By Christine Kern, contributing writer
Cockrell Hill PD lost video evidence and digital documents to a computer-generated attack.
Government and local agencies can also be vulnerable to ransomware attacks, as the Cockrell Hill, TX police department discovered last month when a ransomware attack resulted in the loss of eight years of video evidence and digital documents, according to WFAA TV. Cockrell Hill’s police chief Stephen Barlag, told reporters the incident was the result of a computer-generated ransom demand. “This was not a hacking incident,” he says. “No files or confidential information was breached or obtained by any outside parties.”
However, the attack did result in the loss of significant evidence for the department. The malware, likely Russian or Ukrainian in origin, used a cloned email to gain access through a user click. Messages then demanded $4,000 work of Bitcoin in ransom for the return of the files.
The department did not pony up the ransom demand. “We were told by the FBI that paying doesn’t always get you your information back,” Barlag says. “They told us some people whose files are infected pay and they get their files back, but sometimes it doesn’t work. So we decided it was not worth it to pay, and potentially, not get anything back anyway.”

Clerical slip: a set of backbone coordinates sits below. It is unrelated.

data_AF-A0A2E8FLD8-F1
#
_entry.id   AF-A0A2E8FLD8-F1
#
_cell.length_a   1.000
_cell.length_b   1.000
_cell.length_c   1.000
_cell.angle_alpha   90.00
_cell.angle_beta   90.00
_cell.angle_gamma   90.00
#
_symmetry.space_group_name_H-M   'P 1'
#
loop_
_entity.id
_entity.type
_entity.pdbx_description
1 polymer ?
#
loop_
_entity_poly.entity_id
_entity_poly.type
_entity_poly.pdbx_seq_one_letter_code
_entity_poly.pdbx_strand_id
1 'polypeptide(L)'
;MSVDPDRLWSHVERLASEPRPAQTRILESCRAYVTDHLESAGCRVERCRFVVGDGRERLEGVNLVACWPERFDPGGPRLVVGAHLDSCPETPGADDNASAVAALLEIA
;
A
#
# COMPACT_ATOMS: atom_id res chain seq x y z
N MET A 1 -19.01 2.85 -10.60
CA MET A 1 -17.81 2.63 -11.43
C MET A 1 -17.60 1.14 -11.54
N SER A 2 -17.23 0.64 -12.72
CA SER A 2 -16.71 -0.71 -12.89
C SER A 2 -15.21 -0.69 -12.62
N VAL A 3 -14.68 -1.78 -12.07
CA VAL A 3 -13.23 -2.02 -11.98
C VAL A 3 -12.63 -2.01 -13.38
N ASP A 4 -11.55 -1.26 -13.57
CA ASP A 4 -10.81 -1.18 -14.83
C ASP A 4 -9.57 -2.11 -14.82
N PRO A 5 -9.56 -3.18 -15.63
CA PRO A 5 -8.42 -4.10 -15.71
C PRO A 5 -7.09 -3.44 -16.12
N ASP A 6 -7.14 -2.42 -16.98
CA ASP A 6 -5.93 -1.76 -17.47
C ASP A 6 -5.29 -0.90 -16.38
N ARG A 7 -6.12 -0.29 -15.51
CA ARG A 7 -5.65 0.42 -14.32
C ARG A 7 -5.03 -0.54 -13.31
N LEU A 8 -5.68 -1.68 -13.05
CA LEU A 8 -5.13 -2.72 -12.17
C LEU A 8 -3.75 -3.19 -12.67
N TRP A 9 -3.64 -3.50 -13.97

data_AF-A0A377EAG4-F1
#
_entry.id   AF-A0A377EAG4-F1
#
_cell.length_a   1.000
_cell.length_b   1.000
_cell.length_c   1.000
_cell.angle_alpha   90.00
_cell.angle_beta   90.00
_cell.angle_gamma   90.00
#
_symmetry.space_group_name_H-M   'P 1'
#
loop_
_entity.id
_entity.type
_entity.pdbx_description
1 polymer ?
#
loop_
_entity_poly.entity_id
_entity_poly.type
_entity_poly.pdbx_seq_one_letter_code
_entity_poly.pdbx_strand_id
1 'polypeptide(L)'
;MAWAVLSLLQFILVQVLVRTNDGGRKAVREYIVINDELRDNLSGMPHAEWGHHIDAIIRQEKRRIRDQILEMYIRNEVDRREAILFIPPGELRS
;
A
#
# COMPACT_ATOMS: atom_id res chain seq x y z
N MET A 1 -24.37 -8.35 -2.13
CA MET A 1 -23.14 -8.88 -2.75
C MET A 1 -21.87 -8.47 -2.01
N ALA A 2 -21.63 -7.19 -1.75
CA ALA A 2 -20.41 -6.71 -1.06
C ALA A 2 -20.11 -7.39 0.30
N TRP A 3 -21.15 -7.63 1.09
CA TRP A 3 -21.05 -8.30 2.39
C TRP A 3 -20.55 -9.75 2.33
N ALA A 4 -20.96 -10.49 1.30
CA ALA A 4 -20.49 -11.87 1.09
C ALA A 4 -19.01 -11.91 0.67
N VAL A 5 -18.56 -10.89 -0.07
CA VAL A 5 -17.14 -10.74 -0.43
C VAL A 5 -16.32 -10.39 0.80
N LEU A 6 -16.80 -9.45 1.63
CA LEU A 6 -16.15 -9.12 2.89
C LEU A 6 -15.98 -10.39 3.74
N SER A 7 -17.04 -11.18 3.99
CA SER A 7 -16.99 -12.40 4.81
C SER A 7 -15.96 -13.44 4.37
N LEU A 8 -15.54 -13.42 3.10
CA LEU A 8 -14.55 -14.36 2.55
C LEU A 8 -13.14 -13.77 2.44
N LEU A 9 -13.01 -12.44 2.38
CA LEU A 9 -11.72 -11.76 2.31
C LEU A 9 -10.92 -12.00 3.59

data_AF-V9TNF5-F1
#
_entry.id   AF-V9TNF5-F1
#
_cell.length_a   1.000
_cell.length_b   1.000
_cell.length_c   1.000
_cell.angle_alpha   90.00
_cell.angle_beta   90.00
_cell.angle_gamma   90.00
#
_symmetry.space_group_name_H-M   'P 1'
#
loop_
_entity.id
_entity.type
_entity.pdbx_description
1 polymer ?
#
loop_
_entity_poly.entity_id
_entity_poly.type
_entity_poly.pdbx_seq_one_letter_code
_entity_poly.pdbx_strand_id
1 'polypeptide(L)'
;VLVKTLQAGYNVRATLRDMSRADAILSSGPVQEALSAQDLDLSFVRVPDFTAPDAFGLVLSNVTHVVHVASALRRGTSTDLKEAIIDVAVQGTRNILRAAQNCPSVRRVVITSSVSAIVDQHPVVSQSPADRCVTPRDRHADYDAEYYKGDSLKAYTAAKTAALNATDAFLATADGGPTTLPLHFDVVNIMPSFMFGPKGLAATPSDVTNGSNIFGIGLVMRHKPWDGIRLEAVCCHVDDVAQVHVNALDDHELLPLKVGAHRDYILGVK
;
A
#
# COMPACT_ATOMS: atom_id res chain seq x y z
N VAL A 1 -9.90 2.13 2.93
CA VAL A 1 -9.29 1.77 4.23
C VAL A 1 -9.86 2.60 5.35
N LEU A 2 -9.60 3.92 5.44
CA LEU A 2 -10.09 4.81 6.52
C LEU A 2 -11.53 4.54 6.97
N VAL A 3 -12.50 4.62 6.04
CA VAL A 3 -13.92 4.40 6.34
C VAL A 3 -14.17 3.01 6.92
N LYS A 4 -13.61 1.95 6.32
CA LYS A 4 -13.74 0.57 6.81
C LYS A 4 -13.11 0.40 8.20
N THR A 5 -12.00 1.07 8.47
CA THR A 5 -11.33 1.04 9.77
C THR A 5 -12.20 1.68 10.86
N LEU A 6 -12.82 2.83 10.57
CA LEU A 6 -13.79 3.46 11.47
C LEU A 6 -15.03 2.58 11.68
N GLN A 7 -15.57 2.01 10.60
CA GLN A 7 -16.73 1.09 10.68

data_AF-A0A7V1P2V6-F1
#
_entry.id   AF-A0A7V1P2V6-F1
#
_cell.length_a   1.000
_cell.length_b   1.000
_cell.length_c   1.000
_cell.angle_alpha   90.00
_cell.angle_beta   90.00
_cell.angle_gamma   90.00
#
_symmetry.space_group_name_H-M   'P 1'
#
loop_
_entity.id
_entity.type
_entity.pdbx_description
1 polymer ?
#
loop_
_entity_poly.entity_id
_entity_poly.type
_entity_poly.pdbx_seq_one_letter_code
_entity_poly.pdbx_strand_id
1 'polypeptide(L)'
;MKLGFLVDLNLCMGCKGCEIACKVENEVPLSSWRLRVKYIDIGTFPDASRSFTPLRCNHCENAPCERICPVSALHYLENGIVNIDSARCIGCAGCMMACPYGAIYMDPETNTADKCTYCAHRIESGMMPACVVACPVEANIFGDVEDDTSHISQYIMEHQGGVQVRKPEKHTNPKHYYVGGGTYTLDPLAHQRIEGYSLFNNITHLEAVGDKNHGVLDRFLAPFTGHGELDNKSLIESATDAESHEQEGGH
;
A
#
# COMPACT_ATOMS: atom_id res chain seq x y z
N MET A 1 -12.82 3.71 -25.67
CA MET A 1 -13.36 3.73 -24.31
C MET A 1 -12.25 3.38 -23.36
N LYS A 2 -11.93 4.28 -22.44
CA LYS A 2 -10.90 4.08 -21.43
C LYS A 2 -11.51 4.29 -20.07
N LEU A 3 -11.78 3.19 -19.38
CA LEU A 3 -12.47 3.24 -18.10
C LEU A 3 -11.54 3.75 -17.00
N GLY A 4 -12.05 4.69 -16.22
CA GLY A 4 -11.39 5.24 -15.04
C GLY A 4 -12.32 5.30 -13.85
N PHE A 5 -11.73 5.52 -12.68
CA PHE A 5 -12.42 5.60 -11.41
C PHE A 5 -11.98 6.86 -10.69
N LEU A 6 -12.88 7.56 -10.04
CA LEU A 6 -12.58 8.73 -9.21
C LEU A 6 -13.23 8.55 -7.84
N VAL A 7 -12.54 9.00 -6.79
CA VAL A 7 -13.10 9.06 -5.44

Recent ransomware attacks in healthcare have garnered the headlines, and highlighted the debate over paying the ransom to regain access to data. One poll found up to 75 percent of hospitals have experienced at least one ransomware attack. Brendan FitzGerald, HIMSS Analytics Research Director for Advisory Solutions, told Healthcare IT News, “There has been a lot of industry literature around whether or not to pay the ransom, most of it recommending not to. I think as a last resort there’s that potential to pay a ransom. Moving forward, it’s going to be interesting to see how organizations respond to this.”
As a result, cybersecurity is a priority for every hospital IT leader today. But while healthcare, retail, and financial institutions have been the focus of much of the ransomware discussions, other potential targets like federal, state, and local agencies have been overlooked. In fact, 48 percent of organizations have been hit by at least one ransomware attack in the past year, with the average victim hit six times, as Business Solutions Magazine reported.
A Barkly study found 95 percent of ransomware attacks bypass firewalls, 77 percent permeate email filtering, and one-third of attacks were successful even when victims had undergone security awareness training, according to Business Solutions Magazine.
The Cockrell Hill decision not to pay the ransom meant the department had to wipe the infected computer servers clean. Barlag says, “Everything that was lost is gone. Our automatic backup started after the infection, so it just backed up infected files.” Barlag later contacted The Register, stating “We have been or will be able to recover most if not all of our digital evidence. I am not aware of any criminal cases that will be dropped as a result of this virus.”